[2] The summary Court had three members: a chair and two lay judges – assessors. The Chair was always the Gestapo chief of Katowice – until September 1943, Rudolf Mildner, and then Johannes Thümmler. Alfred Woltersdorf the deputy of Thümmler sometimes stood in for him. For more on this topic see: Alfred Konieczny, Uwagi o sądzie doraźnym katowickiego gestapo pod kierownictwem SS-Obersturmbannführera Johannesa Thümmlera, Biuletyn Głównej Komisji Badania Zbrodni Hitlerowskich w Polsce, Vol. XXIV, Warszawa 1972, p. 118.
[3] The Kapo was Karl Güssow.
[4] APMAB. Zespół Oświadczenia, testimony of Antoni Szwajnoch, Vol. 89a, p. 50-51.
[5] The list of prisoners was created from the testimonies of former prisoners. See: APMAB. Zespół Oświadczenia, Vol. 89a, p. 7.
[6] APMAB. Zespół Oświadczenia, testimony of Jiři Wehle, Vol. 89a, p. 8.
[7] APMAB. Zespół Oświadczenia, testimony of Antoni Szwajnoch, Vol. 89a, p. 51.
[8] APMAB. Zespół Oświadczenia, testimony of Jiři Wehle, Vol. 89a, p. 8.The villa was owned before the war by Wojciech Korfanty (1873 – 1939) – national leader of Polish Upper Silesia.
[9] APMAB. Zespół Oświadczenia, testimony of Jiři Wehle, Vol. 89a, p. 9.
[10] APMAB. Zespół Oświadczenia, testimony of Jiři Wehle, Vol. 89a, p. 9-10.
[11] APMAB. Zespół Oświadczenia, testimony of Antoni Szwajnoch, Vol. 89a, p. 53.
[12] APMAB. Zespół Oświadczenia, testimony of Antoni Szwajnoch, Vol. 89a, p. 54.
[13] APMAB. Zespół Oświadczenia, testimony of Antoni Szwajnoch, Vol. 89a, p. 57-58.

The SS Guard Unit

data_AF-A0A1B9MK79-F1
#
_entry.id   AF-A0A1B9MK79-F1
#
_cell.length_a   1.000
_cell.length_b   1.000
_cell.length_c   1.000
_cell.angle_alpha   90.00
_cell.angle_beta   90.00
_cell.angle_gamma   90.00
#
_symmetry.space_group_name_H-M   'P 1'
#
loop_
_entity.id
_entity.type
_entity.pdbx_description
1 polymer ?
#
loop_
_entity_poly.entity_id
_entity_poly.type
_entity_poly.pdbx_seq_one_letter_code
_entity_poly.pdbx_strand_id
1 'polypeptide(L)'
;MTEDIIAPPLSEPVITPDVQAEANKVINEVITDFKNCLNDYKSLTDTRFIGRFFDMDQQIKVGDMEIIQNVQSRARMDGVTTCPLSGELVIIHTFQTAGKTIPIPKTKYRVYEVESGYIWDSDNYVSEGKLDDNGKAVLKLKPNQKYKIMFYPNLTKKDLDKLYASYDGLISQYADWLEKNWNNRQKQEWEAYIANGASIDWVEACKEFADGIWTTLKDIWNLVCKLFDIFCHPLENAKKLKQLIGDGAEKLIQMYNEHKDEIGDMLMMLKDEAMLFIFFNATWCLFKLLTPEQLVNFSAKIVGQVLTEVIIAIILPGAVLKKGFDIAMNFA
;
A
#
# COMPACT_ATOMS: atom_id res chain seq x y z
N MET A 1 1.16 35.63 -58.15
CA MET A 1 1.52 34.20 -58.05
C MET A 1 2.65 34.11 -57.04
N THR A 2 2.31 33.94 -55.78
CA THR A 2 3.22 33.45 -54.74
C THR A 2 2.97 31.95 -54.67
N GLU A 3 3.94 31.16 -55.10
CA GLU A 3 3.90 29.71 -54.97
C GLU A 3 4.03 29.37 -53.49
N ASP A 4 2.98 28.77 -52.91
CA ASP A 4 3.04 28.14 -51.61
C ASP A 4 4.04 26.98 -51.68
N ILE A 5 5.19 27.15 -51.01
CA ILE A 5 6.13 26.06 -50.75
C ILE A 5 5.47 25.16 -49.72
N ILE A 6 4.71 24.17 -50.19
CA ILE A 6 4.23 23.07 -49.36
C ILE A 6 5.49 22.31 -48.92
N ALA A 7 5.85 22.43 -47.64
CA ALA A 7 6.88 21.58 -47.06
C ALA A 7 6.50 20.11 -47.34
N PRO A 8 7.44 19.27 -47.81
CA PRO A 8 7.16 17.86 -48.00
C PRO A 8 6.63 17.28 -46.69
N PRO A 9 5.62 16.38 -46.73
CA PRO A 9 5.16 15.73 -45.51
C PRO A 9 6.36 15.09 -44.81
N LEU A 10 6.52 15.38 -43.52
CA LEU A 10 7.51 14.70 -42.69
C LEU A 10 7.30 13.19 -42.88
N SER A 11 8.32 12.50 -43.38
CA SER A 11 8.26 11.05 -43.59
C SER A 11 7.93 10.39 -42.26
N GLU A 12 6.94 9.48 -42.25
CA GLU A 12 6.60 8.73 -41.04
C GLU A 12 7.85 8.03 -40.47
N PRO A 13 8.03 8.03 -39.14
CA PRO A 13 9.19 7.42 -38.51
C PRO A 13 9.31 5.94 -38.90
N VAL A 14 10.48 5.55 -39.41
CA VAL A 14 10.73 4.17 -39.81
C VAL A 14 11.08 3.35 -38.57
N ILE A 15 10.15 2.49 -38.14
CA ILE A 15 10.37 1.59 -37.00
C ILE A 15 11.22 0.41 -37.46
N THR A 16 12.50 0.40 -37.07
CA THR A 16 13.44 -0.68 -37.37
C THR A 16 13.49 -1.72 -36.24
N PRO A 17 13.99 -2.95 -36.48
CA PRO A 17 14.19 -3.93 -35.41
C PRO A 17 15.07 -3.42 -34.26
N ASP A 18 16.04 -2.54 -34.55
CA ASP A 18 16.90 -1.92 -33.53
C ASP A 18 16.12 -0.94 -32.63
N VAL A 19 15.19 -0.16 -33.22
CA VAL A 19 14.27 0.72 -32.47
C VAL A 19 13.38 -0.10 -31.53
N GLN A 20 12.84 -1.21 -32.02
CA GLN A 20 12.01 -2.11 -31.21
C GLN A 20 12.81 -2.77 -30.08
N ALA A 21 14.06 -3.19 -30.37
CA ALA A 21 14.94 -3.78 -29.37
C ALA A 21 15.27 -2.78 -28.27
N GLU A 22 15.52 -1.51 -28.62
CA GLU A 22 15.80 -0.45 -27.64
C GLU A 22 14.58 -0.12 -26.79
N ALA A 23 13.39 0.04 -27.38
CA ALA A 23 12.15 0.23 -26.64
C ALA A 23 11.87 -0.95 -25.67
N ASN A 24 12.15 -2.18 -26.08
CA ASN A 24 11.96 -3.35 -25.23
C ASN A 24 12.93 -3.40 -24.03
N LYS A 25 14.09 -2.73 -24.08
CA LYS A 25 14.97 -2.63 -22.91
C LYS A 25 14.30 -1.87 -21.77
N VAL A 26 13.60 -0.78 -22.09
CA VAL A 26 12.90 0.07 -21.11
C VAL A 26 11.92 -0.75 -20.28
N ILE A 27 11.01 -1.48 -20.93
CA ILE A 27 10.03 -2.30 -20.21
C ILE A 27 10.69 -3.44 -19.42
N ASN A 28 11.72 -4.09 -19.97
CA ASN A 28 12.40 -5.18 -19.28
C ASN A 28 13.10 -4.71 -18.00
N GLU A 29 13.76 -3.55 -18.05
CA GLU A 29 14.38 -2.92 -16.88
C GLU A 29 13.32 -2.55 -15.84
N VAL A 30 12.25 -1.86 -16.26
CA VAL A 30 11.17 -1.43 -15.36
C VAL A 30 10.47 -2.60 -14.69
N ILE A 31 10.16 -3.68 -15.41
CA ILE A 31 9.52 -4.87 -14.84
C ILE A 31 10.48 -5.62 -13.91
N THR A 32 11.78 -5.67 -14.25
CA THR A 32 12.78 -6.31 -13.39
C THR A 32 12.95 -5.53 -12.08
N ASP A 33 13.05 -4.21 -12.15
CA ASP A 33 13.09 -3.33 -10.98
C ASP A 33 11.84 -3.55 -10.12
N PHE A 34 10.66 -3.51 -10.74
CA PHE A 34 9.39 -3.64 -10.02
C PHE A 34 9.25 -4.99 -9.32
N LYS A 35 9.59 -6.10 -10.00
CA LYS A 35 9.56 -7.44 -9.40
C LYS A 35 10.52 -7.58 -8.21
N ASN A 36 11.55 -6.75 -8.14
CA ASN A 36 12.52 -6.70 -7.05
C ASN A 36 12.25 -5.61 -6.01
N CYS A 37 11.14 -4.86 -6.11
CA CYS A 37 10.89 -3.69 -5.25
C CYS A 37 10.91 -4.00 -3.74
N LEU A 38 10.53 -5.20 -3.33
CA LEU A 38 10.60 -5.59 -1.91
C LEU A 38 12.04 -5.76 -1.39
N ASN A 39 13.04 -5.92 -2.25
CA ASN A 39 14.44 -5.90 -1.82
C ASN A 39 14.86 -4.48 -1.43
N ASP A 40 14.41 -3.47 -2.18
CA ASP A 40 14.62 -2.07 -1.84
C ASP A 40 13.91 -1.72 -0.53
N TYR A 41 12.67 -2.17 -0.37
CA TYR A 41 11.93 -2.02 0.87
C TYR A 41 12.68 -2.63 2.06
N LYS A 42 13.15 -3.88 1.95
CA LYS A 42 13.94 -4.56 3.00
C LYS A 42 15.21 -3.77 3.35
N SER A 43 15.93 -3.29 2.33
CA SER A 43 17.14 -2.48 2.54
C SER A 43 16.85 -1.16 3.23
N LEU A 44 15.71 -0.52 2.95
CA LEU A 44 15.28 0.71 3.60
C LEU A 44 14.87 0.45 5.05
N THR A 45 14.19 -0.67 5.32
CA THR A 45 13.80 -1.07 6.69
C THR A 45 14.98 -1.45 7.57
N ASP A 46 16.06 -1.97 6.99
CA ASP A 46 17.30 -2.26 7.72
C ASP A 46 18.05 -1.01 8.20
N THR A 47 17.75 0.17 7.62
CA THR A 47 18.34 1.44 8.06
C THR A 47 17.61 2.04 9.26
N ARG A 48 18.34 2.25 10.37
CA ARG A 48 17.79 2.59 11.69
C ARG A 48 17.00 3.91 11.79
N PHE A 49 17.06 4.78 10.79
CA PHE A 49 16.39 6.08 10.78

Little is known about the guards of this sub camp. As described earlier, the prisoners were supervised by low level Gestapo officers who were most likely never formally classified as concentration camp guards. Hence the lack of a Lagerführer function. Probably SS-Obersturmbannführer Johannes Thümmler was directly in charge of the prisoners.

The Evacuation of the Sub camp Sonderkommando Kattowtiz

In December 1944, due to the approaching Soviet army, preparations for the evacuation of the Gestapo in Katowice had already begun. The prisoners packed and loaded the files of the Gestapo Kattowitz which were then taken to the Schloss Schwarzengrund (In Polish Pałac w Kopicach, and now Schloss Kopitz) in Kopice near Grodków. A temporary office of the Gestapo Kattowitz was established there (a so-called Ausweichstelle). The prisoners were not evacuated to Auschwitz concentration camp, but it was decided to include them in the evacuation column of vehicles, of the remaining officers of the Gestapo Kattowitz. The evacuation took place at the end of January 1945, after the escape of Antoni Szwajnoch. In order to prevent the escape of other members of the Sonderkommando Kattowitz the prisoners were transported in a prison wagon. During the evacuation, the column of vehicles unexpectedly encountered motorized Soviet troops. As a result of skirmishes, some vehicles were destroyed, but the prison wagon survived unscathed.[1]

After three days, the column of vehicles reached Kłodzko. There, in the halls of a tile factory that had been closed down, another temporary office of the Gestapo Kattowitz was set up. The Gestapo files were partially unloaded, and the prisoners were placed in local custody. Modest meals were provided to them from outside, most likely from the field kitchen. Former prisoner – Jiři Wehle remembers this period: “We stayed in Kłodzko for one month. We were made to do various odd jobs, including unloading the vehicles that came from Katowice. These were the files of the Kattowitz Gestapo, trunks, etc. Before evacuation from Katowice, we had loaded the same things.” [2]